Carpal Tunnel Diagnosis: By Staff Writer





Carpal tunnel diagnosis is best handled by a healthcare professional in order to rule out any types of serious ailments or diseases. Although self-diagnosis can and is done on a regular basis, it is not recommended. In reality, most carpal tunnel cases seeking help from non-conservative therapies that are available to anyone without a physician's recommendation are self-diagnosed. The reason for this is that there are not many other ailments that have the symptoms of carpal tunnel syndrome. This is makes self-diagnosis even more common, especially if you perform a lot of repetitive or static flexion type actions with your wrists and hands and already know that you are involved in a high-risk occupation.

Carpal Tunnel Syndrome Diagnosis

When addressing a Repetitive Strain Injury (RSI) like carpal tunnel syndrome, it is wise to be safe when choosing a product or therapy for self-treatment. The best self-treatments involve active exercises and both passive and active stretches for the hands and wrists. There are many exercises and stretches that can be performed that will not exacerbate any form of disease or any other type of ailment or disorder that it could be, but it is wise to thoroughly investigate a product or rehabilitation routine/program prior to performing it. (Again, consult your physician!) BUT, there are routines and devices that involve flexion/squeezing exercises that will increase the severity of the symptoms, so be very careful!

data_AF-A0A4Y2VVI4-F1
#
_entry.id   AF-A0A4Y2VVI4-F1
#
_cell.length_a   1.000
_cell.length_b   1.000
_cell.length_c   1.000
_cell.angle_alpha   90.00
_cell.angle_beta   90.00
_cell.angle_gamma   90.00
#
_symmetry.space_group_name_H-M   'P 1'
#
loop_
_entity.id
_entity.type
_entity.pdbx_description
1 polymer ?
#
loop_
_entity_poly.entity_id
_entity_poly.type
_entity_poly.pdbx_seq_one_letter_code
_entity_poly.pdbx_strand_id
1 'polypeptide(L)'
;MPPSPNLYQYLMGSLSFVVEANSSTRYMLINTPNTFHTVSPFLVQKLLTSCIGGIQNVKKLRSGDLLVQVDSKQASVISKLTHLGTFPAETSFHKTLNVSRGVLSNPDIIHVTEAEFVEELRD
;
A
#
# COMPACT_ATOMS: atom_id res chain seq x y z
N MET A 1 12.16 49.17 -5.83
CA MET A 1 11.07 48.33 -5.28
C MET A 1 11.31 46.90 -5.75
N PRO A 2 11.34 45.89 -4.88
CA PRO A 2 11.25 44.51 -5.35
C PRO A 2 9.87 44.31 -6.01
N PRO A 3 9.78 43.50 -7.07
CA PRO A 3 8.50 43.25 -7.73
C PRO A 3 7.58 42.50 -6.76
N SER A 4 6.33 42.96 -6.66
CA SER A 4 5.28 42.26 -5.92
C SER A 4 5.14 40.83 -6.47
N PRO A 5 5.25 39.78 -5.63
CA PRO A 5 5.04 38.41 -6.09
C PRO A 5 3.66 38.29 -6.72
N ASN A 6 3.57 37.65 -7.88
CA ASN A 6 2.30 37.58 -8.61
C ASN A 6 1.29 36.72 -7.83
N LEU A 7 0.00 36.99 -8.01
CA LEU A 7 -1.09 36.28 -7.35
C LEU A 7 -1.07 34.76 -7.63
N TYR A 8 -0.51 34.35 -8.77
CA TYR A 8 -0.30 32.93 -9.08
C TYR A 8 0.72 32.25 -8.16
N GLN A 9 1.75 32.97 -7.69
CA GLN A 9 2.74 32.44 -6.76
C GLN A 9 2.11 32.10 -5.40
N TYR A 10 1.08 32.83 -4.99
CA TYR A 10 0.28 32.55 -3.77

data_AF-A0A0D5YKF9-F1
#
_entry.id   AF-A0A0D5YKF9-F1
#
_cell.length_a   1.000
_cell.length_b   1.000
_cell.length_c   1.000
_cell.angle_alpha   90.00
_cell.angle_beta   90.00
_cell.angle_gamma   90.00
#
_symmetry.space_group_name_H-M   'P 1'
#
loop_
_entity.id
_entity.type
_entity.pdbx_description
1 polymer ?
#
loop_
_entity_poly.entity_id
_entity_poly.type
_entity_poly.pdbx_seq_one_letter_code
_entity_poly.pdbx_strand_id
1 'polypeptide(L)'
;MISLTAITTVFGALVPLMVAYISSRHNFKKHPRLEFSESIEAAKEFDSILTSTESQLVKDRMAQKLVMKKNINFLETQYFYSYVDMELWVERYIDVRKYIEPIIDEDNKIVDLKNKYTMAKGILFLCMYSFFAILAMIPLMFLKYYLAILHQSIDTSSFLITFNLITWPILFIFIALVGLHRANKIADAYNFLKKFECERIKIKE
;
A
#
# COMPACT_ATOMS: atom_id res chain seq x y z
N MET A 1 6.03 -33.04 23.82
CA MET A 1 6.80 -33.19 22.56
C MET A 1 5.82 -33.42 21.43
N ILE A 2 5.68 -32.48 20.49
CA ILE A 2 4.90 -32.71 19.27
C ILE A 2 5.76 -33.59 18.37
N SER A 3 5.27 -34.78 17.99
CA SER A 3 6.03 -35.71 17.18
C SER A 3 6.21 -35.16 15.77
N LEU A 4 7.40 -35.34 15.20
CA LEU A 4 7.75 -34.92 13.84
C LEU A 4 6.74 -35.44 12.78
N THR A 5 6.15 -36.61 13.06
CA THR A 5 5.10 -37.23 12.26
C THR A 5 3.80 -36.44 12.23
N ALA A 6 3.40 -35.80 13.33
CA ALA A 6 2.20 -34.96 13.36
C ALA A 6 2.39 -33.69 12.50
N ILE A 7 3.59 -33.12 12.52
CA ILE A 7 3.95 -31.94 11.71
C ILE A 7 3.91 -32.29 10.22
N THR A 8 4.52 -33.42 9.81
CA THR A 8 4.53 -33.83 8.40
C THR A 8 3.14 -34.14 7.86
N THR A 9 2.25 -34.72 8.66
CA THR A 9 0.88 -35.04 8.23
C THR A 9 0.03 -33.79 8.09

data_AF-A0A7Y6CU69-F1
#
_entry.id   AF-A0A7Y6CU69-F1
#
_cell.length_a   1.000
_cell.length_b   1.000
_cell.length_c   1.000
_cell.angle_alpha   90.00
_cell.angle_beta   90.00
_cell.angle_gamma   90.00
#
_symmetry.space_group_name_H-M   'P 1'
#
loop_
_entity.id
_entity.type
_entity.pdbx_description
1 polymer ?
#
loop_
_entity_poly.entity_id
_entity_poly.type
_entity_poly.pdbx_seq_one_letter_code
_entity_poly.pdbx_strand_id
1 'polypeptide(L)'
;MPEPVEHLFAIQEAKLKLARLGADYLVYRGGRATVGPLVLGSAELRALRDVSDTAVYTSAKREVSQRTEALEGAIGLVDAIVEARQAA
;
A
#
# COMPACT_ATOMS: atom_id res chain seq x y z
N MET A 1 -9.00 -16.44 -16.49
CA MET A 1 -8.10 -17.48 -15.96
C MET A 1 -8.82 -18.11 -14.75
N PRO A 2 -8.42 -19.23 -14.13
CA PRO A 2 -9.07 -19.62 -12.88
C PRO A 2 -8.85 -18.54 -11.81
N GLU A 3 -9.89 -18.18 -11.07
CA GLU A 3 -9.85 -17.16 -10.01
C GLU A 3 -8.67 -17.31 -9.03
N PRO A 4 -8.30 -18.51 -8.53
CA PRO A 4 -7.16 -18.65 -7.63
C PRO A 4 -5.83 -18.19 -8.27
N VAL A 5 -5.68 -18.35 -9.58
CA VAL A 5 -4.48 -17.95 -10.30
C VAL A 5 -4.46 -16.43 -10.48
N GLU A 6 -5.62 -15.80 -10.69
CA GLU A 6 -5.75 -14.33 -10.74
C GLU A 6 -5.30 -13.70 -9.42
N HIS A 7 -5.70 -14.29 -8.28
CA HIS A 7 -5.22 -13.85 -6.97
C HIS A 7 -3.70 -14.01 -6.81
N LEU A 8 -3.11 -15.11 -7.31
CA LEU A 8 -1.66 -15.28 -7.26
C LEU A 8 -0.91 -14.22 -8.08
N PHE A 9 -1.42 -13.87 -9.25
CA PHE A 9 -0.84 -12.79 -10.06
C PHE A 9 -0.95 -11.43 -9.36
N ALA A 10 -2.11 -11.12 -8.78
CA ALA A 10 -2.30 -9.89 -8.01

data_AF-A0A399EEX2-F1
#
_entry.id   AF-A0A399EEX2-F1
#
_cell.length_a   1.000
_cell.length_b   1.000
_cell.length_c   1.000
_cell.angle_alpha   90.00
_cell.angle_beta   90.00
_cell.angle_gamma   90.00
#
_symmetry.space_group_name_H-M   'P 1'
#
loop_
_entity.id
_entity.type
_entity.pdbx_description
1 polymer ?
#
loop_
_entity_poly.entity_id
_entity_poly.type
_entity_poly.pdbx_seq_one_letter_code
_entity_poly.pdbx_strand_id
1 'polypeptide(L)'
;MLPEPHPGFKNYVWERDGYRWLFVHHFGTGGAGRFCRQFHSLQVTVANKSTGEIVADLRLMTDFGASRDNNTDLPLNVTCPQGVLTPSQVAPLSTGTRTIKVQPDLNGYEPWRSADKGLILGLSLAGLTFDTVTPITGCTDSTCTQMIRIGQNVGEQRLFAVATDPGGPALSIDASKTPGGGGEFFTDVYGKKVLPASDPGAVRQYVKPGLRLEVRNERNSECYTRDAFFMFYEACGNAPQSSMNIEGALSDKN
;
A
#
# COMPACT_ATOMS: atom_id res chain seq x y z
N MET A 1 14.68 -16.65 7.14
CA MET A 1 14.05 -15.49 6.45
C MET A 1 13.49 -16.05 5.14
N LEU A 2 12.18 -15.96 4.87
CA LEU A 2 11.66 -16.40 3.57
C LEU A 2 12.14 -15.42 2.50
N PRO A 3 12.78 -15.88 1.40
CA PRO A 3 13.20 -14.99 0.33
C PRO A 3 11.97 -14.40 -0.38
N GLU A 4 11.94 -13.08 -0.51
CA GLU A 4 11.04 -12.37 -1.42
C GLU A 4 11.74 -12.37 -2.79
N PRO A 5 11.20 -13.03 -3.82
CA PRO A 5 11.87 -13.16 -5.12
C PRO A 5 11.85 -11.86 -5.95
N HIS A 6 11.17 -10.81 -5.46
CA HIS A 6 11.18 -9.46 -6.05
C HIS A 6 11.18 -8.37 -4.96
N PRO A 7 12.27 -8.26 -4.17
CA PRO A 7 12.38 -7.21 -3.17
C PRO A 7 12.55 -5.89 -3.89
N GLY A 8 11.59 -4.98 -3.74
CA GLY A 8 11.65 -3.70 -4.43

Symptoms of Carpal Tunnel

The symptoms of carpal tunnel are simple. They involve numbness, tingling, paresthesia (pins and needles) and pain in your wrist and fingers. Carpal tunnel symptoms will be concentrated most in the thumb, index, middle and sometimes one-half of the ring finger. These are the first signs of the ailment. Take note that carpal tunnel symptoms may vary in intensity and severity on a daily basis, and may move from finger to finger and involve one, two or all the fingers listed above. A "classic" case of carpal tunnel syndrome will involve the thumb, index and middle fingers with symptoms increasing at night, but again, the range of symptoms and locations in the hand can vary from day to day and week to week.


If not corrected in a timely manner, the symptoms of carpal tunnel will usually become worse, increasing until they become unbearable. Often times you will lose strength in your hands and drop things randomly. In many cases, the base of the thumb (Thenar Eminence) will atrophy and become smaller. Simple actions such as typing will be painful and difficult to do. If you have these symptoms, chances are good that you should get a professional diagnosis to see if you are suffering with carpal tunnel syndrome. Read on for further advice about carpal tunnel syndrome.


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